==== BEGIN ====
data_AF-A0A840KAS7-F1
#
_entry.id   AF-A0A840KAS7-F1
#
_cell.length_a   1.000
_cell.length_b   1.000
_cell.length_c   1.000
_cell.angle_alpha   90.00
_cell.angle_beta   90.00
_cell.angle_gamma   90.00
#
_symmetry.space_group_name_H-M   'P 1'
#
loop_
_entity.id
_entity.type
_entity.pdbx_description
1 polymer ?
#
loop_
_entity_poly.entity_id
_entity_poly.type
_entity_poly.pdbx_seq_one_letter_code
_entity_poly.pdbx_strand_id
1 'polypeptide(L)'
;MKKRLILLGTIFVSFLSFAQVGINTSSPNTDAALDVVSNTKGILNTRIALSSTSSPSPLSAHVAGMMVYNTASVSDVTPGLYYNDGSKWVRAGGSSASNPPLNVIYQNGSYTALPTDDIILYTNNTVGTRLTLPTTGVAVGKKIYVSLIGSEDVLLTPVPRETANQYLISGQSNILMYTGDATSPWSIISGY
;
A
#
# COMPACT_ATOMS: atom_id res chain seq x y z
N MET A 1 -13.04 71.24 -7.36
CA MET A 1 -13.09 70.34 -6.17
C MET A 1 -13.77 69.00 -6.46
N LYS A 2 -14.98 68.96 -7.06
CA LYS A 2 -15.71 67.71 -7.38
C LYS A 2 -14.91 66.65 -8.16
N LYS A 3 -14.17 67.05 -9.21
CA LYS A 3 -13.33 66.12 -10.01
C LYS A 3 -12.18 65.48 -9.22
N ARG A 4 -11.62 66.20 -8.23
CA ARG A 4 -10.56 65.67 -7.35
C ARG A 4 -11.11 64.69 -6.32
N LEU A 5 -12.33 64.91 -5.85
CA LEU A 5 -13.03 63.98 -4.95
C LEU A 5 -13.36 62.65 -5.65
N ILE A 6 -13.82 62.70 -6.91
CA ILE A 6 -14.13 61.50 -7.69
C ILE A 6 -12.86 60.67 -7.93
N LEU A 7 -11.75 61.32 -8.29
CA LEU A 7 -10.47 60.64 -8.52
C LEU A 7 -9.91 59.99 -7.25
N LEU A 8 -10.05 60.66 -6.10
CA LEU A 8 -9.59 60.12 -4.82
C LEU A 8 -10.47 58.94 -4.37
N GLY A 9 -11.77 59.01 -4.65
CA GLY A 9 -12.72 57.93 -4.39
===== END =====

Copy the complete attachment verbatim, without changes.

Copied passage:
data_AF-A0A840KAS7-F1
#
_entry.id   AF-A0A840KAS7-F1
#
_cell.length_a   1.000
_cell.length_b   1.000
_cell.length_c   1.000
_cell.angle_alpha   90.00
_cell.angle_beta   90.00
_cell.angle_gamma   90.00
#
_symmetry.space_group_name_H-M   'P 1'
#
loop_
_entity.id
_entity.type
_entity.pdbx_description
1 polymer ?
#
loop_
_entity_poly.entity_id
_entity_poly.type
_entity_poly.pdbx_seq_one_letter_code
_entity_poly.pdbx_strand_id
1 'polypeptide(L)'
;MKKRLILLGTIFVSFLSFAQVGINTSSPNTDAALDVVSNTKGILNTRIALSSTSSPSPLSAHVAGMMVYNTASVSDVTPGLYYNDGSKWVRAGGSSASNPPLNVIYQNGSYTALPTDDIILYTNNTVGTRLTLPTTGVAVGKKIYVSLIGSEDVLLTPVPRETANQYLISGQSNILMYTGDATSPWSIISGY
;
A
#
# COMPACT_ATOMS: atom_id res chain seq x y z
N MET A 1 -13.04 71.24 -7.36
CA MET A 1 -13.09 70.34 -6.17
C MET A 1 -13.77 69.00 -6.46
N LYS A 2 -14.98 68.96 -7.06
CA LYS A 2 -15.71 67.71 -7.38
C LYS A 2 -14.91 66.65 -8.16
N LYS A 3 -14.17 67.05 -9.21
CA LYS A 3 -13.33 66.12 -10.01
C LYS A 3 -12.18 65.48 -9.22
N ARG A 4 -11.62 66.20 -8.23
CA ARG A 4 -10.56 65.67 -7.35
C ARG A 4 -11.11 64.69 -6.32
N LEU A 5 -12.33 64.91 -5.85
CA LEU A 5 -13.03 63.98 -4.95
C LEU A 5 -13.36 62.65 -5.65
N ILE A 6 -13.82 62.70 -6.91
CA ILE A 6 -14.13 61.50 -7.69
C ILE A 6 -12.86 60.67 -7.93
N LEU A 7 -11.75 61.32 -8.29
CA LEU A 7 -10.47 60.64 -8.52
C LEU A 7 -9.91 59.99 -7.25
N LEU A 8 -10.05 60.66 -6.10
CA LEU A 8 -9.59 60.12 -4.82
C LEU A 8 -10.47 58.94 -4.37
N GLY A 9 -11.77 59.01 -4.65
CA GLY A 9 -12.72 57.93 -4.39